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I am somewhat familiar with Scheme. I am reading OnLisp, and would love to do a real world project in it. Most likely web development. I would love to know what kind of setup people use to develop websites in lisp. I have a couple of macs at home and I have figured I would use clozure cl. I am wary of a few things though. I have read on the internets that cl doesn't have reliable threading facility nor good networking. Is this true? What was your experience?

PS:Don't tell me about clojure :). Lisp is a itch I need to scratch.

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Also, most of the web applications that were out there seem a bit antiquated. I'm not saying "Haha.. look ma.. no clothes", but can anybody tell me why this is the case, or show me a counter example? Also, are there any lisp to javascript translators out there. Is there any help from lisp on the front end? –  Ravi May 8 '12 at 6:25
    
I suspect it's a social issue. Since there are relatively few Lispers, Lisp-based web applications generally don't have a lot of contributors. Therefore, developers tend to have to focus on getting the basics done and neglect things like flashy AJAX features. –  Matthias Benkard May 8 '12 at 8:58

4 Answers 4

up vote 5 down vote accepted

Not sure why it wouldn't have "good networking"; you can't rely on threads if you want to write a portable Common Lisp application since certain implementations don't support them (AFAIK, just clisp, though you can compile it with experimental thread support). If you plan on picking an implementation and sticking with it, you won't have that problem.

The "standard" CL web stack is Hunchentoot/cl-who/clsql, though you can find tutorials that run on Araneida or Portable AllegroServe.

The setup I use is Debian/SBCL running quicklisp and the above systems along with MySQL (though I'm seriously considering jumping over to Postgres) for the database and nginx to run in front of Hunchentoot serving any static content.

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I tried using SBCL on mac, but I get "threading disabled" error when I tried to load weblocks. I enabled threading, but it still says the same darn thing :). Anyways, I will stick to clozure for now. Thanks for all the info. I think this is a good start. –  Ravi May 8 '12 at 6:29
    
@Ravi In my experience, SBCL and Clozure CL are very similar in the way they behave, so using the latter is unlikely to cause any problems. I tend to us Clozure CL on Mac OS X and SBCL on GNU/Linux, for instance, and I have yet to encounter any portability issues between the two. (CLISP and ECL are another matter entirely, of course, but when writing web apps, I simply ignore their existence. :)) –  Matthias Benkard May 8 '12 at 9:02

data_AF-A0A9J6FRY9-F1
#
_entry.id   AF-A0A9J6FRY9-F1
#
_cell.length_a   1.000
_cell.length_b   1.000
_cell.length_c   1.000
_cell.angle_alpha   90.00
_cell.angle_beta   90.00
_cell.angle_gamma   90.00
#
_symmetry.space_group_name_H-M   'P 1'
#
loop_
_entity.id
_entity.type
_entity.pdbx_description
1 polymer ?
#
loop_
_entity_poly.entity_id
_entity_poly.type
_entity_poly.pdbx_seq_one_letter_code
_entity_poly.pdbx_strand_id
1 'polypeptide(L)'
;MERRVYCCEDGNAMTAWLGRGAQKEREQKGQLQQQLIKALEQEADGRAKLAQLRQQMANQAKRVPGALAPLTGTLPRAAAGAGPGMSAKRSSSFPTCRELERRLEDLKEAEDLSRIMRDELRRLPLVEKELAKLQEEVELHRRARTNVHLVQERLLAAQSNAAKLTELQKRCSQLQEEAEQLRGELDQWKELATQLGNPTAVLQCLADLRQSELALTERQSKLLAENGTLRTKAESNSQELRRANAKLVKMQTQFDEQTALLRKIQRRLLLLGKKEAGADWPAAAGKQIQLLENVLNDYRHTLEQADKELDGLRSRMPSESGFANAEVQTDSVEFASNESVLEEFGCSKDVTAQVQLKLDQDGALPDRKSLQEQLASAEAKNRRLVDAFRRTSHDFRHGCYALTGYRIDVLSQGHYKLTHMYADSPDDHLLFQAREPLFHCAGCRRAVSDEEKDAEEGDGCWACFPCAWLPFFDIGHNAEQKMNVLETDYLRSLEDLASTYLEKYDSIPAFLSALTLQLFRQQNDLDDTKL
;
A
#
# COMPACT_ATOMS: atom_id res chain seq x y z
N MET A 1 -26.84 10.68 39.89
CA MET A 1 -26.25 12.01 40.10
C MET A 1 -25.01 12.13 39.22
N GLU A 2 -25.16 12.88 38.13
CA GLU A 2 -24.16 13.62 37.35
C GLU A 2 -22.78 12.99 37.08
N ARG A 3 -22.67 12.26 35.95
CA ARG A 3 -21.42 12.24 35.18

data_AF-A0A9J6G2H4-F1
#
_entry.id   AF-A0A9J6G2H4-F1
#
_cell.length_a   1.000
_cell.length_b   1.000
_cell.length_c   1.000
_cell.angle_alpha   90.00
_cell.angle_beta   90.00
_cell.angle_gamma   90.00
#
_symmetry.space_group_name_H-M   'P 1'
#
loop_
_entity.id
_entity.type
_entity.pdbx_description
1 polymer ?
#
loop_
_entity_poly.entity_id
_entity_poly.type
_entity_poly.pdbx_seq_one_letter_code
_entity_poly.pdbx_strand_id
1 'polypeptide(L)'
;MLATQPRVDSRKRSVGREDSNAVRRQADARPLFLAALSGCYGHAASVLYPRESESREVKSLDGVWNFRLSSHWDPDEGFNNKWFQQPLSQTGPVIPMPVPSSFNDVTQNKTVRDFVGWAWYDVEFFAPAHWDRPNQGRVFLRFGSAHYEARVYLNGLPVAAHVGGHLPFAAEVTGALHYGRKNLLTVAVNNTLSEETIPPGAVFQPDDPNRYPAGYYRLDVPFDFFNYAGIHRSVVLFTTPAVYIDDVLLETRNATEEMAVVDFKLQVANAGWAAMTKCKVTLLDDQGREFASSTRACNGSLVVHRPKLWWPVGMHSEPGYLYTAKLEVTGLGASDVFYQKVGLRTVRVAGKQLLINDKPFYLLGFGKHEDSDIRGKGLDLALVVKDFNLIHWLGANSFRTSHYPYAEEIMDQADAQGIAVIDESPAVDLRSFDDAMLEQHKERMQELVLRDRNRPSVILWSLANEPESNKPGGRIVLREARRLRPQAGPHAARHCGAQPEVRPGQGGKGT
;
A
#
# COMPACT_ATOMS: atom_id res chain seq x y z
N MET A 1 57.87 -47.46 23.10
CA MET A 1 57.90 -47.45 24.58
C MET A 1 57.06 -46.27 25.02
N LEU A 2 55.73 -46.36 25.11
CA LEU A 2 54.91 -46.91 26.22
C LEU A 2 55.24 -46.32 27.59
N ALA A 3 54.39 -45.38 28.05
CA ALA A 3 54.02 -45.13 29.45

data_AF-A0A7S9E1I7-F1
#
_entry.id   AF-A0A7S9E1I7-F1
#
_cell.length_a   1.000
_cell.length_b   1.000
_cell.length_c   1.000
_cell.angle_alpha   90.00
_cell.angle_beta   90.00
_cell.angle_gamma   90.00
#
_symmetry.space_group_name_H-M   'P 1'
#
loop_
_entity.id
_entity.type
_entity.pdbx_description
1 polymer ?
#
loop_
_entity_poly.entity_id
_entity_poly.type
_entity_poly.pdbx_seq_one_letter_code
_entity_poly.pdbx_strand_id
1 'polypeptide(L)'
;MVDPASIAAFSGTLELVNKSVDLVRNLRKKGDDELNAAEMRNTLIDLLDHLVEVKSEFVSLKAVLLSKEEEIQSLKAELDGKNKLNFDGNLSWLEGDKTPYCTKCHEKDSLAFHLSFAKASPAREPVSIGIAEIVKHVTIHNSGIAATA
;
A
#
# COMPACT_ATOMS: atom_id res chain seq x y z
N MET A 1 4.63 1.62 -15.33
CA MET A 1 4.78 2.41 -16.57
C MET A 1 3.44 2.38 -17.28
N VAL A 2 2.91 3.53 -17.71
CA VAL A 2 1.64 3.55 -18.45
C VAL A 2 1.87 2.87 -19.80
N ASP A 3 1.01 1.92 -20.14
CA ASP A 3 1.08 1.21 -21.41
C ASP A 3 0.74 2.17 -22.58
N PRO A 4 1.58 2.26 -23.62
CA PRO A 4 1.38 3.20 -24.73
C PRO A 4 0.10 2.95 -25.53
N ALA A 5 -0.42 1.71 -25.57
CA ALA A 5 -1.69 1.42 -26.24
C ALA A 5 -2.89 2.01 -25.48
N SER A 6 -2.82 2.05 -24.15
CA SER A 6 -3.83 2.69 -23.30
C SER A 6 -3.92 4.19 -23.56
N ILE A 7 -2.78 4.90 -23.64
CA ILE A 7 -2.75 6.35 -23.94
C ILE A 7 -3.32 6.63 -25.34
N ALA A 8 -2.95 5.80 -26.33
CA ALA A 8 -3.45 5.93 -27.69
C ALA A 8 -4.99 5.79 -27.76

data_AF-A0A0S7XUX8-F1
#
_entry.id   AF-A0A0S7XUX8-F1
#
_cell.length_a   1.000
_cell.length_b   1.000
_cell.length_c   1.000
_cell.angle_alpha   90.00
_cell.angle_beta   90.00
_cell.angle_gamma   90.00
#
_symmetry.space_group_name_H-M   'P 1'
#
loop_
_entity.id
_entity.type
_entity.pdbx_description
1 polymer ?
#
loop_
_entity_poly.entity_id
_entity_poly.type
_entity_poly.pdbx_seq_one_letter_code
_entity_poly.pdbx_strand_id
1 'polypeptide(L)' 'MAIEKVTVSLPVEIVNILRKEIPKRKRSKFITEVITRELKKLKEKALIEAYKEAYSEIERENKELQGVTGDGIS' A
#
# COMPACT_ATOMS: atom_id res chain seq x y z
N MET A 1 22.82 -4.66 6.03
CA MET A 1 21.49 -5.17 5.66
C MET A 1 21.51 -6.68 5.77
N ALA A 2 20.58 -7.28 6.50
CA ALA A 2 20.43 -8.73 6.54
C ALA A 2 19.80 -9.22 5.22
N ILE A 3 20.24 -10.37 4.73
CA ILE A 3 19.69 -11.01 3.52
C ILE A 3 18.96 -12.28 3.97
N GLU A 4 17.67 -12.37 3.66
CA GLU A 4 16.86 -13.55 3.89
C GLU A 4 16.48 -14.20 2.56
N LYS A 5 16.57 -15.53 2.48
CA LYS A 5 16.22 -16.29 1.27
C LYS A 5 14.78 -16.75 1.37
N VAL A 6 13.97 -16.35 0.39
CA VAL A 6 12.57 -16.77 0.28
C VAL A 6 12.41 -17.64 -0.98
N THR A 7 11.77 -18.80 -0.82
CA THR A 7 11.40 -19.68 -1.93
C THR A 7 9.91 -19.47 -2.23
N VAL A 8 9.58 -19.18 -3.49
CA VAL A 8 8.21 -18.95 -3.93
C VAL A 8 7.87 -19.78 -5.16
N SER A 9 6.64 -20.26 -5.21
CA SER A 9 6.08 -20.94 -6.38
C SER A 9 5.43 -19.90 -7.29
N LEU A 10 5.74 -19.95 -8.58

By the way, in addition to the libraries mentioned in this answer, I suggest looking into Postmodern for your database needs. I have found it to be very flexible and predictable. –  Matthias Benkard May 8 '12 at 9:09
    
Thats good to hear about SBCL and clozure. I was thinking if I should get a linux box. I will postpone it until I run into performance issues. –  Ravi May 9 '12 at 0:11
    
configuring clsql is painful, and takes a lot of time (especially if you're using it on multiple platforms and implementations, like I did). In contrast, postmodern (using PostgreSQL) "just worked" on all platform/implementation combinations, and talks to the server directly via TCP/IP, in contrast from clsql which uses CFFI/UFFI and sometimes needs additional libraries, sometimes Unicode doesn't work (and you can't find help online, I tried), so Postmodern is more reliable. I speak from real experience as I've used both commercially. –  Luka Ramishvili Sep 10 '12 at 6:37

Currently I'm using Restas a framework based on Hunchentoot and inspired by the route system of Rails. I also use Postmodern to interact with a PostgreSQL database and I generate HTML with cl-markup though I'm thinking about switching to cl-who which looks more customizable.

When I've started I've also considered using Parenscript to generate the JavaScript but now I'm just happy with Mootools and plain JavaScript.

Everything runs on SBCL and is available with Quicklisp.

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Parenscript looks interesting. Your setup looks comprehensive. Thank you. –  Ravi May 9 '12 at 0:13
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I've been playing with Restas for a while now. Why i like it: 1) As the name suggests it encourages restful design 2) Its simple, if you think in terms of MVC its pretty much just the C part, and done pretty well. 3) Its very flexible 4) I find its concept of routes superior to the way Django does its dispatch using regular expressions(although i think it got that good idea from rails) 5) You can structure your site in modules and then mount them at specific urls, again, superior to Djangos way of organizing apps in a project of using a spaghetti bow of url.py files. 6) its lisp :) –  Pavel Penev May 18 '12 at 22:29

mck- has been maintaining the heroku common lisp webapp.

https://github.com/mck-/heroku-cl-example/tree/

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I like this. I would use this as a starting point. –  Ravi May 8 '12 at 6:19

The problem with Common Lisp's "networking" is, we don't have sockets in CL standard, so each implementation has it's own socket API. We have some attempts to give a common interface though, like usocket. You can find a list of networking related packages here.

If you need a web framework, look into Caveman. I haven't used it yet but it looks like the most complete CL web framework I've ever seen.

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Never heard of Caveman before. It looks nice. –  Ravi May 8 '12 at 6:20

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